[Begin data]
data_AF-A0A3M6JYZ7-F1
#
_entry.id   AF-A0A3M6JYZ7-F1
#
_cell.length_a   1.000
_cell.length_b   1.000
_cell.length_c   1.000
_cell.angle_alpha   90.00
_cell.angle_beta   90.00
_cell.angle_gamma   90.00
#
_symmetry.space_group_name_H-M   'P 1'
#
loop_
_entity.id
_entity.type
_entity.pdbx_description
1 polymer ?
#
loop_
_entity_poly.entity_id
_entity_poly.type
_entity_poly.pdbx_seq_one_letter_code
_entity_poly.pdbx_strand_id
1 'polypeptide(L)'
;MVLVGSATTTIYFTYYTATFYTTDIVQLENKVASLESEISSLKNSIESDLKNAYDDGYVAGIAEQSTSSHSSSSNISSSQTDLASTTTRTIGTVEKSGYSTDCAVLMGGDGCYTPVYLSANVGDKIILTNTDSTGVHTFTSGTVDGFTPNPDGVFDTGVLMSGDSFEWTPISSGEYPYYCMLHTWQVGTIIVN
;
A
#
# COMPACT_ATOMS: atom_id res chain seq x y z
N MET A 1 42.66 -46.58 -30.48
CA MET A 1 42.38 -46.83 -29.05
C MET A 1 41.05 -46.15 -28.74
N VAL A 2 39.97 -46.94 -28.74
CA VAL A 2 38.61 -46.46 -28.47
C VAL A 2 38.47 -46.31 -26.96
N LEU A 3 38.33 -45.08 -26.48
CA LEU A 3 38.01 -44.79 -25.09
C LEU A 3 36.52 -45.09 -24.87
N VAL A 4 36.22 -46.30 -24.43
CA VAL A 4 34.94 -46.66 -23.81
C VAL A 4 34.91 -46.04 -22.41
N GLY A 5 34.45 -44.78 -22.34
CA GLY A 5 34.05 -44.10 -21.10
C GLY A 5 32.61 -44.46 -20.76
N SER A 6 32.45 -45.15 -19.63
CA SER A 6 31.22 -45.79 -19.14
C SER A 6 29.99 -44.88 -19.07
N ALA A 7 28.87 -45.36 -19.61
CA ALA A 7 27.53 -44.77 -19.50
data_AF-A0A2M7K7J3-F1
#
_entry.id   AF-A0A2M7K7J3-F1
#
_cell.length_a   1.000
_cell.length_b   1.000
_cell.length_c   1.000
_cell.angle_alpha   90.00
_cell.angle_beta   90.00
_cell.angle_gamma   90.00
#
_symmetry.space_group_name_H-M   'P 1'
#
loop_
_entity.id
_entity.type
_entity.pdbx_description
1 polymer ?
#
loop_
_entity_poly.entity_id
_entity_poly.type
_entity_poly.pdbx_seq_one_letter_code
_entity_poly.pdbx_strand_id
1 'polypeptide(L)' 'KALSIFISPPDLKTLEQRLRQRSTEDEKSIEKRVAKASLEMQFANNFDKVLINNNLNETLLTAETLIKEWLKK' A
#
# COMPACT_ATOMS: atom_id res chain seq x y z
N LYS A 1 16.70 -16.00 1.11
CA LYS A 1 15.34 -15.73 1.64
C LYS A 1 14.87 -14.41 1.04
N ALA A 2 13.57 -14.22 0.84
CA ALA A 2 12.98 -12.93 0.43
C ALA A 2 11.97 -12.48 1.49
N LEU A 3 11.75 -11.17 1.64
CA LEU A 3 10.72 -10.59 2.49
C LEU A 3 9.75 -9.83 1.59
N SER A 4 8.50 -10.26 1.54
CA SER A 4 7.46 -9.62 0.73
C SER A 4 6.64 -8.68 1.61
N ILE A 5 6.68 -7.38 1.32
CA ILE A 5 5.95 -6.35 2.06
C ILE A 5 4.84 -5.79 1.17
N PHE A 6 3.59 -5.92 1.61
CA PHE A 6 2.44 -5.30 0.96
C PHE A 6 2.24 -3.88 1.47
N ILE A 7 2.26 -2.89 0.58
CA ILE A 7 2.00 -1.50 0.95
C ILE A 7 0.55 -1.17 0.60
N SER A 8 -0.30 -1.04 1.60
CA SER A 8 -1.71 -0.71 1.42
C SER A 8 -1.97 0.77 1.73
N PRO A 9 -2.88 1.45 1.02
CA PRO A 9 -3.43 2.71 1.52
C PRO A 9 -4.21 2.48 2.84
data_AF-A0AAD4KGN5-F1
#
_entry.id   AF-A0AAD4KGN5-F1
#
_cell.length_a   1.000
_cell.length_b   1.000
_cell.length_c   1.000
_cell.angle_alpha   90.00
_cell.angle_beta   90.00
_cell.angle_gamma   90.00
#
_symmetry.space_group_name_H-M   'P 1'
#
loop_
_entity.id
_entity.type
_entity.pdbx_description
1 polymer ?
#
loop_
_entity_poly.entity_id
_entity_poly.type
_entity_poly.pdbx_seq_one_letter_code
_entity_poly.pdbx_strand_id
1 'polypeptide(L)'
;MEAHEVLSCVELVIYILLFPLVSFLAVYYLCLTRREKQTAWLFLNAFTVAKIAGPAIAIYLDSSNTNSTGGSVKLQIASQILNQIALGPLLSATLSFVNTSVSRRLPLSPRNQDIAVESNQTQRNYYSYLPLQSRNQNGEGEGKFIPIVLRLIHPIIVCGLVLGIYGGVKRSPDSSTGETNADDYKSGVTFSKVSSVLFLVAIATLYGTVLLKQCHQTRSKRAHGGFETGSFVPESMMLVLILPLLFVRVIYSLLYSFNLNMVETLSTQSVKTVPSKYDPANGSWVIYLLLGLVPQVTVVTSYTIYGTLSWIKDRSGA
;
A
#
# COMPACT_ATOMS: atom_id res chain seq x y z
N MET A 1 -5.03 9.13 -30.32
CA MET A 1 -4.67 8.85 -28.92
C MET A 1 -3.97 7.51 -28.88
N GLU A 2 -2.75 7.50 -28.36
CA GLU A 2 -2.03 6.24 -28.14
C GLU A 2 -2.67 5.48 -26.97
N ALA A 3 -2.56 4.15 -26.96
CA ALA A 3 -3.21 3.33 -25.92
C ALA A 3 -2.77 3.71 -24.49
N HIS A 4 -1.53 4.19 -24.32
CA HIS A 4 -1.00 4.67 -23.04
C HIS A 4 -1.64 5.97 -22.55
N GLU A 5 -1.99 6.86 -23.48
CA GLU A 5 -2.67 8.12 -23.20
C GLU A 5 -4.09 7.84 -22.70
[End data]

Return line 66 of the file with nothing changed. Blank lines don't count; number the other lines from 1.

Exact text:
_entity.type